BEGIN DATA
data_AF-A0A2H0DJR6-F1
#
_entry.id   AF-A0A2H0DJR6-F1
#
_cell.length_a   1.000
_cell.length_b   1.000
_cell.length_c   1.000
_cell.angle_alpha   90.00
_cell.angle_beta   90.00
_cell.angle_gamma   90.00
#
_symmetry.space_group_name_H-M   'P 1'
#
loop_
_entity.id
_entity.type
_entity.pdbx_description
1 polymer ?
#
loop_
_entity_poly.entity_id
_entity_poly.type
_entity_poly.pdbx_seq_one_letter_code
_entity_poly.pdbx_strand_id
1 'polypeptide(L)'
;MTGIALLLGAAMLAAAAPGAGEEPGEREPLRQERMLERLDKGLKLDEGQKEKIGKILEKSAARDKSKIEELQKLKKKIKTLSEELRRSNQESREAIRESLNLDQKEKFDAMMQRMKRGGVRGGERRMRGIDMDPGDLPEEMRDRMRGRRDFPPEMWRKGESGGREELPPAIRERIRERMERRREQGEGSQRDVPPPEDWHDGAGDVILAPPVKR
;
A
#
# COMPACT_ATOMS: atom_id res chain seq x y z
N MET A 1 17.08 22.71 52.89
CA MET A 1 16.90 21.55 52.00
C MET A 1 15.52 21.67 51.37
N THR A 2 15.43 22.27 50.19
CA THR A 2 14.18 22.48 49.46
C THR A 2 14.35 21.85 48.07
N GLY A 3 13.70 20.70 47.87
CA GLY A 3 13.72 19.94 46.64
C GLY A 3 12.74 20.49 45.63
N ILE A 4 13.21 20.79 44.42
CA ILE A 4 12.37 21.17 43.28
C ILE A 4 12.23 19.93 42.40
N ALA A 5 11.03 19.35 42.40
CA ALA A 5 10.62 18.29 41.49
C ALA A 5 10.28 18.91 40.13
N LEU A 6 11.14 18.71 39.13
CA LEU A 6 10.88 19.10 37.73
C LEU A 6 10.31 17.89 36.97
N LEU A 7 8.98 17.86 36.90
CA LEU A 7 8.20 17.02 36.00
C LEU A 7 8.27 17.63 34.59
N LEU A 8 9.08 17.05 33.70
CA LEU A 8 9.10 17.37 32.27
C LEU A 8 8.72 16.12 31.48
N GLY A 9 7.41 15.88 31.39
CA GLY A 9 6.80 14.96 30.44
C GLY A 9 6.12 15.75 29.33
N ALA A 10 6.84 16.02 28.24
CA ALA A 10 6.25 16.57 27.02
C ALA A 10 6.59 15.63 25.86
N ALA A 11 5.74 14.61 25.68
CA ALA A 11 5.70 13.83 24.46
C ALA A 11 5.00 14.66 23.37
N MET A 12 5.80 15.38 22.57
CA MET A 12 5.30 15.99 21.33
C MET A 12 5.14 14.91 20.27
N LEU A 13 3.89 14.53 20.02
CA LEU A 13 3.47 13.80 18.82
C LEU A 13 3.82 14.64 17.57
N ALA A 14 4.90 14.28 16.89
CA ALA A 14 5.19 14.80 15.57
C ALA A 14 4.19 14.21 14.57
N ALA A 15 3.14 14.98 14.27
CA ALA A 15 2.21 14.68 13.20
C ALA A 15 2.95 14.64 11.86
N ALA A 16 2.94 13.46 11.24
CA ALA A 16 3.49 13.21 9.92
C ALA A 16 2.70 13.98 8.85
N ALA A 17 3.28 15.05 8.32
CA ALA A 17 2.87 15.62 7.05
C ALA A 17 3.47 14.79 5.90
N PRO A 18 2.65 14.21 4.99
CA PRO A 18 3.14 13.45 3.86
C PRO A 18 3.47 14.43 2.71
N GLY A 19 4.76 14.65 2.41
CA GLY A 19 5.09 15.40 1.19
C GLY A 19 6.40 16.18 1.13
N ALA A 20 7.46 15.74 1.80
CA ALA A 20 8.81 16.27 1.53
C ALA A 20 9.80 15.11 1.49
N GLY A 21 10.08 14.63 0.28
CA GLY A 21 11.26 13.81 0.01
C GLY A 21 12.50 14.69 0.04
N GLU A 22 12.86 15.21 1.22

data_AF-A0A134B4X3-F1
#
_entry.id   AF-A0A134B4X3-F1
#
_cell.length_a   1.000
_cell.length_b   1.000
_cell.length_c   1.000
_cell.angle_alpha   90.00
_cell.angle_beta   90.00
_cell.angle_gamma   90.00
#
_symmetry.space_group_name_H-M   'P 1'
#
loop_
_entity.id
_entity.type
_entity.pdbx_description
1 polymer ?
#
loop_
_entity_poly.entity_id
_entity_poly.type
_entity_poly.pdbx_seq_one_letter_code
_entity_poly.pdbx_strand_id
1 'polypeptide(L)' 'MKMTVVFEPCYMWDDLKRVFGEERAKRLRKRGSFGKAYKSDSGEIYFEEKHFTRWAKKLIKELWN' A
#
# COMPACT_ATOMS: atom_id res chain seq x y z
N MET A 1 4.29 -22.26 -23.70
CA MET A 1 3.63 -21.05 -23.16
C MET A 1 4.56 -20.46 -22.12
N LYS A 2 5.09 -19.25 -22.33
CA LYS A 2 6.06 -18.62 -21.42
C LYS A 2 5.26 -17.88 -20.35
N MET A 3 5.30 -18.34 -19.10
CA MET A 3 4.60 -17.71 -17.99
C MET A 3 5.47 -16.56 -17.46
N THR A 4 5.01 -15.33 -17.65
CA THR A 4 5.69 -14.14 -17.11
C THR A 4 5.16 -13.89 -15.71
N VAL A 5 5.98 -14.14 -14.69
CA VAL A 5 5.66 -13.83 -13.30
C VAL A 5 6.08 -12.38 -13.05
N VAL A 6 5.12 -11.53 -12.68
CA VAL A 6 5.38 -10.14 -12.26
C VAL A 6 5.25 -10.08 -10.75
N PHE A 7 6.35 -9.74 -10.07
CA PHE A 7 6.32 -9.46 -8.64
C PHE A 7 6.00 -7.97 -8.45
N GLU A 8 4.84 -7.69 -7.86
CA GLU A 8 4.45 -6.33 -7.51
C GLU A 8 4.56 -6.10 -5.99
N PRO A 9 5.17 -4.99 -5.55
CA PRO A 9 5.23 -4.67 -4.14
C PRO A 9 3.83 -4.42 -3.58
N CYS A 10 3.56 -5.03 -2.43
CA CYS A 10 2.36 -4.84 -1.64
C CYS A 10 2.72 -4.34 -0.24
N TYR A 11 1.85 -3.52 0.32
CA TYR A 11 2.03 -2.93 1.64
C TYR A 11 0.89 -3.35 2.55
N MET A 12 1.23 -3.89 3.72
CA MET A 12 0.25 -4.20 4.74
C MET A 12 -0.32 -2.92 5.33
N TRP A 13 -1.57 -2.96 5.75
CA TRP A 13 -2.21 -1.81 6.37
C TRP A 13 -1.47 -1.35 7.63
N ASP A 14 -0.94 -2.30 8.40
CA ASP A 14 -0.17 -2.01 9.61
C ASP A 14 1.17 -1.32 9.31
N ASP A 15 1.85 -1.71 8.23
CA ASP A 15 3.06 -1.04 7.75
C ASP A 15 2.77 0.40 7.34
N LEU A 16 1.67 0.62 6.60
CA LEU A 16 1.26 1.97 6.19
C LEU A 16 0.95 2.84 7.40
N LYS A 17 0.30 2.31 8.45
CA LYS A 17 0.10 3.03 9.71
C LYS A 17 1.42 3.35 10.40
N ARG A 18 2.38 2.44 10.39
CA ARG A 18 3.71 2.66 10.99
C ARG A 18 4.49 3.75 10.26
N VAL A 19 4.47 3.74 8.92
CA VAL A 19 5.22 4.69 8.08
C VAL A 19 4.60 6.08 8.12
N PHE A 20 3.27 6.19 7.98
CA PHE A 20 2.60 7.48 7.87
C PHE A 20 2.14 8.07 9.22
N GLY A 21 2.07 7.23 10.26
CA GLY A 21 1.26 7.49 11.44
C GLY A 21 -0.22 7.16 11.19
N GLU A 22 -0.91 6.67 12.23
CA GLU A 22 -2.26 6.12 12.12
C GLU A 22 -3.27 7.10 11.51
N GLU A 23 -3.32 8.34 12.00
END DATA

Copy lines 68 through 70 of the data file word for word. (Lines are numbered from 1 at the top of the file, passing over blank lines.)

CA LEU A 13 3.47 13.80 18.82
C LEU A 13 3.82 14.64 17.57
N ALA A 14 4.90 14.28 16.89